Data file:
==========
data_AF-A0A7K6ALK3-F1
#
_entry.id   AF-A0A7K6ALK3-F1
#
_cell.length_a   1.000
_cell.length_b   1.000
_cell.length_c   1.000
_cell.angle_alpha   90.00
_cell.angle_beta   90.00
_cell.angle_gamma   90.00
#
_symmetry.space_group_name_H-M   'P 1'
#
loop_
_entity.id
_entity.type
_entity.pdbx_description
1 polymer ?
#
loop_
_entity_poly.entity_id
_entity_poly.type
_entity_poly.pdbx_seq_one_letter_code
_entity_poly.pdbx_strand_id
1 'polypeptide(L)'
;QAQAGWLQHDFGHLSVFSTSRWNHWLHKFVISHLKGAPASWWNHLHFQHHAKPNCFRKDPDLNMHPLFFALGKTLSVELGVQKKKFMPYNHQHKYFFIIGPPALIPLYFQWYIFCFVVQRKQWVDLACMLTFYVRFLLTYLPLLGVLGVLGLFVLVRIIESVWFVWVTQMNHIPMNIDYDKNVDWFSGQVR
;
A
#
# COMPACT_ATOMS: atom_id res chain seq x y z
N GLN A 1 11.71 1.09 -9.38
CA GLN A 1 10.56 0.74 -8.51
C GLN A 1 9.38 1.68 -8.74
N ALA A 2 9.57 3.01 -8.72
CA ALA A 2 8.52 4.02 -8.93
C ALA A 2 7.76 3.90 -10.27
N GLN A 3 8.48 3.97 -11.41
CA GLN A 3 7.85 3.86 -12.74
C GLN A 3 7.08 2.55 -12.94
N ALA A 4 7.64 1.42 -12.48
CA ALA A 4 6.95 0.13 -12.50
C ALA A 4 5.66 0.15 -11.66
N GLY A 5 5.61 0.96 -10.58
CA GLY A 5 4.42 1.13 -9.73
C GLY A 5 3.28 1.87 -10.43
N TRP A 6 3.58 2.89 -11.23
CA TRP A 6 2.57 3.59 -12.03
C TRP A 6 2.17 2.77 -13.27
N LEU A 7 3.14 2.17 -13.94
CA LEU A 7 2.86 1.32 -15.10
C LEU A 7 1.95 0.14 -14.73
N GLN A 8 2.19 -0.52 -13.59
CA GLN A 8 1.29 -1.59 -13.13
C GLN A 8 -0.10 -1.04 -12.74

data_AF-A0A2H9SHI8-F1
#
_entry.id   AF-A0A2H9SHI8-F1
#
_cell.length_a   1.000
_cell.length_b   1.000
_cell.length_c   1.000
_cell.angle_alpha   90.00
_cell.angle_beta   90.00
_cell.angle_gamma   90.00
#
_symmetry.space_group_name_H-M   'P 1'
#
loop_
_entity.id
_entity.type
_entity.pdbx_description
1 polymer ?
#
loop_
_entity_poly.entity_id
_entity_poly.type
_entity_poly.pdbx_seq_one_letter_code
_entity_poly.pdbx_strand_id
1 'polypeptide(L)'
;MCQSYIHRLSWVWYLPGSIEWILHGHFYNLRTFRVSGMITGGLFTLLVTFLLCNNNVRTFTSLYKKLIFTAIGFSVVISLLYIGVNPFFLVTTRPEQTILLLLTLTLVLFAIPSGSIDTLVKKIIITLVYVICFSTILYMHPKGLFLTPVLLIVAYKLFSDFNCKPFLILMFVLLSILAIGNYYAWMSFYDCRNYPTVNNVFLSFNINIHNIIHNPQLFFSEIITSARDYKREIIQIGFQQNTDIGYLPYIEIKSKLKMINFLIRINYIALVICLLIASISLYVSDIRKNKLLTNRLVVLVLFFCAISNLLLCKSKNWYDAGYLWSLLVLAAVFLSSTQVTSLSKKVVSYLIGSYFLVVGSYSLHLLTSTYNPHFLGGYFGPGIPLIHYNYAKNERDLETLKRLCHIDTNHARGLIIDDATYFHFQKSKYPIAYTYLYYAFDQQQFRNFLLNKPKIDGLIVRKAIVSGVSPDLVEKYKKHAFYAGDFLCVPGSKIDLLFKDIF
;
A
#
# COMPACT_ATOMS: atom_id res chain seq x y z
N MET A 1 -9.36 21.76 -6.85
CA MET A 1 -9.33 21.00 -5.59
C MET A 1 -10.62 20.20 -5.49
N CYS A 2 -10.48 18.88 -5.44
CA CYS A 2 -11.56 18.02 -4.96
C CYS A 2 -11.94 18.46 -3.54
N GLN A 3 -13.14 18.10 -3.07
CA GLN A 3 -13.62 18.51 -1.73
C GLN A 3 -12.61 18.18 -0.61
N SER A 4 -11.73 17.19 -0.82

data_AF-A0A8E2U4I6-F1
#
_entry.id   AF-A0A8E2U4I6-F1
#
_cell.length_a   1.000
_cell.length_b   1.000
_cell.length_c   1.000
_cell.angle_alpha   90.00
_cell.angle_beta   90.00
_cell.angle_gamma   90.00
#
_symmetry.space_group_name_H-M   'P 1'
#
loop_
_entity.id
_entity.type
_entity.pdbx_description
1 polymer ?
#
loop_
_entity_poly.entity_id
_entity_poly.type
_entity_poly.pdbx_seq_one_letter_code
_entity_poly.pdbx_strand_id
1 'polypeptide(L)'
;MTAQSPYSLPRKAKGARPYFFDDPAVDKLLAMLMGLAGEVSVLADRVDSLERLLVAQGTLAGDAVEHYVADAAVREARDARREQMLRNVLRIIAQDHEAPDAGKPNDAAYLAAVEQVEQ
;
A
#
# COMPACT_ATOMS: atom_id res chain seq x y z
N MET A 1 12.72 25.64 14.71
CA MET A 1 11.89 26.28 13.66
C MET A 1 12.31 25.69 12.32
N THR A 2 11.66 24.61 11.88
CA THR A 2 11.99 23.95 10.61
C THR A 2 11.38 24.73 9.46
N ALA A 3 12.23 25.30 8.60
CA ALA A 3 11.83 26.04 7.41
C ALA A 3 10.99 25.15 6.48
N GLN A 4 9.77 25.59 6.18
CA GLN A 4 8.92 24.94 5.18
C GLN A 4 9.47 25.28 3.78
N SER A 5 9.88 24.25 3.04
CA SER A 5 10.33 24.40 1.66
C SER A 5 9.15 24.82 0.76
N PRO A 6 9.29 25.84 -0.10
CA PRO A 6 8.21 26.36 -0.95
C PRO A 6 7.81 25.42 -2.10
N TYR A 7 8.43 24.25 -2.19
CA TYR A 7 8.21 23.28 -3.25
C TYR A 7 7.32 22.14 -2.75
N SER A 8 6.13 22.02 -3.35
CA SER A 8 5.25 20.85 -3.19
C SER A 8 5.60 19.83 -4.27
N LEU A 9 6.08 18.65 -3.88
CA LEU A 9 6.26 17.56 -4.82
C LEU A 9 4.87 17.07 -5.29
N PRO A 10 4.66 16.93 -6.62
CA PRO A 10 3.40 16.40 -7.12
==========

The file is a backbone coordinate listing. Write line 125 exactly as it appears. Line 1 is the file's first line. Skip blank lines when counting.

N MET A 1 12.72 25.64 14.71